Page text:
Research in the Needleman laboratory combines physics and cell biology to study biological self-organizing. We seek to obtain a quantitative understanding of biological systems; how they result from mechanics and energetics, and the self-organization of their constituents; how they are perturbed in disease and change over evolution.
Self-organizing biological systems are examples of active matter, since they are driven out of equilibrium by energy transduction at the molecular level. Our long term goals are to uncover general principles which govern these non-equilibrium systems and to develop predictive theories of biological organization and behaviors. Our approach is to study complex biological systems using a close interplay between quantitative experiments and theory, developing new methods to produce the data we need.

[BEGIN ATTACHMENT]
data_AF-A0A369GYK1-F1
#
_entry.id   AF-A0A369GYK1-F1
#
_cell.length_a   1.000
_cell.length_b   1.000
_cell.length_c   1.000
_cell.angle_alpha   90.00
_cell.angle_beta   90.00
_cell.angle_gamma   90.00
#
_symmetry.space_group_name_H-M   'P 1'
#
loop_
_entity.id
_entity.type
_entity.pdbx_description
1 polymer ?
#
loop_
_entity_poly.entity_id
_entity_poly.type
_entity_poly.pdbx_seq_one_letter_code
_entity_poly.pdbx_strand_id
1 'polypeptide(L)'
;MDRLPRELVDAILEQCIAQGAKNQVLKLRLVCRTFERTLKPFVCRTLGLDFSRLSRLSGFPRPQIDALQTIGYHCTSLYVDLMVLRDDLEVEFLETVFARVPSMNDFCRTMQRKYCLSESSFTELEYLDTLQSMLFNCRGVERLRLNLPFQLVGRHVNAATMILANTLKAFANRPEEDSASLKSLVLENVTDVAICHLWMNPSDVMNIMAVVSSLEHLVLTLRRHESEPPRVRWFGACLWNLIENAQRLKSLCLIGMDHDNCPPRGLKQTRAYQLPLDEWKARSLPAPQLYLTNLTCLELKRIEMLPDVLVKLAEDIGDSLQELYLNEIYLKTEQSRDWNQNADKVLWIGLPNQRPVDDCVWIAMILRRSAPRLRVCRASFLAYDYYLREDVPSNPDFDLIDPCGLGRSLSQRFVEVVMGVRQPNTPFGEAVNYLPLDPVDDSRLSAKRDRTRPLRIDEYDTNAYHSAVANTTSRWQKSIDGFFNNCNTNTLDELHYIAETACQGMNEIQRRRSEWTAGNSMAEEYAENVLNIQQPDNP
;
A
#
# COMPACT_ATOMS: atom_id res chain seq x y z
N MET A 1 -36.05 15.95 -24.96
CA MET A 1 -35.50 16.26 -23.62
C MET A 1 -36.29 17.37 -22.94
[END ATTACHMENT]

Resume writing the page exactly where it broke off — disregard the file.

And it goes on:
In the Needleman lab, we value having an open environment for scientific learning and exploration. We welcome people of different backgrounds to join and contribute, and actively work to create an inclusive lab culture. We teach and help each other while navigating our independent research projects. Our lab is also committed to working with groups across the scientific community to share expertise and foster new research avenues.